Kritzerland is proving to be the France of retro record labels by being just about the first company to get into the Jerry Lewis soundtrack musical catalogue, first with Walter Scharf’s delightful THE GEISHA BOY and now with the double-header of VISIT TO A SMALL PLANET and THE DELICATE DELINQUENT, two scores that reflect Lewis’ wacky ingenuity.
The star often had fun playing off of movie genres, and his chance to indulge in sci-fi tropes is also heard in the absolute delight that composer Leigh Harline has in making hay with aliens-among-us clichés, as particularly heard in The Theremin. Its bizarre electronic oscillations had become the rage with THE DAY THE EARTH STOOD STILL. But even Bernard Herrmann didn’t give that instrument the workout that Harline does here, with solos galore for the floating and wall-walking antics of Lewis’ Krelton. When it comes to the far more human orchestral players, Harline gives PLANET a giddy, pizzicato-pokey touch that’s nothing but pure cartoon sweetness, fitting for a composer who got his start with Walt Disney. Selection of lounge-beat jazz by the likes of Johnny Mandel and Victor Young give that soundtrack the kind of swinging hepness that Lewis would really take to town as THE NUTTY PROFESSOR later on.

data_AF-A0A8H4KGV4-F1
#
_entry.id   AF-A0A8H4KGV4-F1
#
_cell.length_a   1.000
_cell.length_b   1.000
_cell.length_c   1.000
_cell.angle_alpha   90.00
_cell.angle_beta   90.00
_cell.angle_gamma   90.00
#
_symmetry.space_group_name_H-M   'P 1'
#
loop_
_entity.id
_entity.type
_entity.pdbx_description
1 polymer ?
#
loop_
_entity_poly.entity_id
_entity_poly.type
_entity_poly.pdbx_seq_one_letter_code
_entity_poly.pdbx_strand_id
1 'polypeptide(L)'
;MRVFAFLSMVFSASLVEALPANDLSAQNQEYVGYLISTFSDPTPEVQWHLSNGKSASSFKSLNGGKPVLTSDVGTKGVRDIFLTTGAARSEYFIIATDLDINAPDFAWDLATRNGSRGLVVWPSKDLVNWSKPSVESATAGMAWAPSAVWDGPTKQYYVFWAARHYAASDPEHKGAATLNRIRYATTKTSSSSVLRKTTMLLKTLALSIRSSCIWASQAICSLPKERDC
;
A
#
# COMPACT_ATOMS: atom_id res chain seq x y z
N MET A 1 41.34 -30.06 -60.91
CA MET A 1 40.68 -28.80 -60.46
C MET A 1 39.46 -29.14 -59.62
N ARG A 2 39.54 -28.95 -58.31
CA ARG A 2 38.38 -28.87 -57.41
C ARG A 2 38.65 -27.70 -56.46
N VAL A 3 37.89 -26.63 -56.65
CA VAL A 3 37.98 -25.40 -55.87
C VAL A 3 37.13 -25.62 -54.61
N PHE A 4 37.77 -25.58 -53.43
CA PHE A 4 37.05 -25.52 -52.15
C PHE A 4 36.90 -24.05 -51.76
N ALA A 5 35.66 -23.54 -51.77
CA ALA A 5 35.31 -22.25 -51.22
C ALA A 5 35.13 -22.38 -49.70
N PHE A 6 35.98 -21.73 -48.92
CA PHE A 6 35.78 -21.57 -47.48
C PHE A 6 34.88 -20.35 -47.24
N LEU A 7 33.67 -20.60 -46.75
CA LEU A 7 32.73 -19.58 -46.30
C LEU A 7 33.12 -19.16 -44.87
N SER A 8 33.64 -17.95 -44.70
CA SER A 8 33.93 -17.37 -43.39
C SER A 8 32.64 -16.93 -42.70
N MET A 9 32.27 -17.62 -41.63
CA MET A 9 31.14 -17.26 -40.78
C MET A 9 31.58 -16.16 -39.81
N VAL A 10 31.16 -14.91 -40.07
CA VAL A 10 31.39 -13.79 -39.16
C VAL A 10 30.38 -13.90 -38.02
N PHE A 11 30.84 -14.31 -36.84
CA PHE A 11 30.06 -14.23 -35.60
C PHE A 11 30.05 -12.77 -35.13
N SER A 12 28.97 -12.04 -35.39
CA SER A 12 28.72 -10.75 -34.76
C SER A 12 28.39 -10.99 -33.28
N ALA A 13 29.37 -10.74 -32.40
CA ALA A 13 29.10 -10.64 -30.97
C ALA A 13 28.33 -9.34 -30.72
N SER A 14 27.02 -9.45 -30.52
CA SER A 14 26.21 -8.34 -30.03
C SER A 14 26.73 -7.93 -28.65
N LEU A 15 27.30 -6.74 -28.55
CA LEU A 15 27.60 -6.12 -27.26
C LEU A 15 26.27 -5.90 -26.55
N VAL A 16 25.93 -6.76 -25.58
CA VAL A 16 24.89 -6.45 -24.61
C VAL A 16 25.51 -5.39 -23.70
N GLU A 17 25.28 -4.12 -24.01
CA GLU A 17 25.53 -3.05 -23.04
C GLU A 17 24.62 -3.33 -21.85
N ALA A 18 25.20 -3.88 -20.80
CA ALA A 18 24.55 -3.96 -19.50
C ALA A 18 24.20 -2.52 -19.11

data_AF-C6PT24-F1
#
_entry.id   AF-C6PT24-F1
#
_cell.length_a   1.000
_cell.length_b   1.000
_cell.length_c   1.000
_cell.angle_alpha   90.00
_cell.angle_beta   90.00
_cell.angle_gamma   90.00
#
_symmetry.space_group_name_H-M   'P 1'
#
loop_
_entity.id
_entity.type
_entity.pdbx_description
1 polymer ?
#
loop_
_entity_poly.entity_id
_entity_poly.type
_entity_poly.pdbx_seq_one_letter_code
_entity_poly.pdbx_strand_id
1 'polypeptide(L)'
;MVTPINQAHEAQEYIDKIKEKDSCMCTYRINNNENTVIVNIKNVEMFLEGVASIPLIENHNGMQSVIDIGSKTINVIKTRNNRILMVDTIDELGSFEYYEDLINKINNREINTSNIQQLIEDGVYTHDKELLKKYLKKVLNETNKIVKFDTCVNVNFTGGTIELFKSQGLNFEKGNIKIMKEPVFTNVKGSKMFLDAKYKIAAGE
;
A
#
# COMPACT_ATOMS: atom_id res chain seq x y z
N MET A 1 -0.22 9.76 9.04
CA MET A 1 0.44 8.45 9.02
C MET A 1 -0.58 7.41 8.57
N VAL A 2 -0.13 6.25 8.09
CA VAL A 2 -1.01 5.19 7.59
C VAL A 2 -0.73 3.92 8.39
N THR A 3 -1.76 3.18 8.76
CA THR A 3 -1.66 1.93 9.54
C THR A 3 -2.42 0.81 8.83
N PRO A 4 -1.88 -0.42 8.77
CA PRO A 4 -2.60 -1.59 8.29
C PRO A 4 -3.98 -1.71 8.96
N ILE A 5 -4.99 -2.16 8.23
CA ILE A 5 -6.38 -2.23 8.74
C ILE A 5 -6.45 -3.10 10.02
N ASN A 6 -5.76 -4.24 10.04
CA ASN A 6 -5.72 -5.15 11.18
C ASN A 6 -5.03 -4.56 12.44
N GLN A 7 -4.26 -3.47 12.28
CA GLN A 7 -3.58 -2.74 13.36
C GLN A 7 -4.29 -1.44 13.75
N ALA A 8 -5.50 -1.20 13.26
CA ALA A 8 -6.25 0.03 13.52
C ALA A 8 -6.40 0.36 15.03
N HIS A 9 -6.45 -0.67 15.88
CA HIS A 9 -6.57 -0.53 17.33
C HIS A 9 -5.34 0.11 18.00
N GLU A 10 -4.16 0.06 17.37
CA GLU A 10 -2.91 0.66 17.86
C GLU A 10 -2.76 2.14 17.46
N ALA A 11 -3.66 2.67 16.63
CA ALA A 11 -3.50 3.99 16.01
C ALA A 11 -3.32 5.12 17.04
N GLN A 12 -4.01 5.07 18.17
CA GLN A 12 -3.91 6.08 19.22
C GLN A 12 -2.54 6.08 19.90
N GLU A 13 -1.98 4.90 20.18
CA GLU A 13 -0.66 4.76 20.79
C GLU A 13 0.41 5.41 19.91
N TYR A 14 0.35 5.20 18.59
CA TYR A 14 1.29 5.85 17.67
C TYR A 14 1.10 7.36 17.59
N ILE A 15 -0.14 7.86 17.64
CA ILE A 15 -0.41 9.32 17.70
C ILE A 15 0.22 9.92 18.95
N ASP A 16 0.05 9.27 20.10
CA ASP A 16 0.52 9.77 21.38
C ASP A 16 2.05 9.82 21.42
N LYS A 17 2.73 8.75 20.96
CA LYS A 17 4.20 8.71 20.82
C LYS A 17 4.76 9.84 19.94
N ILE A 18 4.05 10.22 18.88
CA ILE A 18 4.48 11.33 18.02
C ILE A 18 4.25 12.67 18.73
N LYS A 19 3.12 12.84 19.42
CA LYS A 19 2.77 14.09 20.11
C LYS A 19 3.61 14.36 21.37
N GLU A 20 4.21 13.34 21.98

You can also imagine Leonard Bernstein and Stephen Sondheim giving a listen to Buddy Bregman’s score to THE DELICATE DELINQUENT, with its rollicking Latin samba beat depiction of juvenile malfeasance, which could just as well capture the swagger of Bernardo and The Sharks. DELINQUENT marks the first release of any score from this arranger / producer for Ella Fitzgerald and Cole Porter, and it’s the epitome of everything that was wonderful about comedy scoring’s jazz era. Lewis is once again given a sweet orchestral touch, his hapless bumbling hit with lurching, exasperated snares and strings that could just as well befall Elmer Fudd. The DELINQUENT‘s bumbling attempts to reform himself at the Police Academy also give Bregman that chance to blunder about with patriotic military marches, while a “Bout” surprises with Sumo-sized Asian percussion. A thoroughly delightful listen from space to earth, one can only hope that Kritzerland continues to release these gems from the film repertoire of a human cartoon that inspired similar zaniness from the composers.
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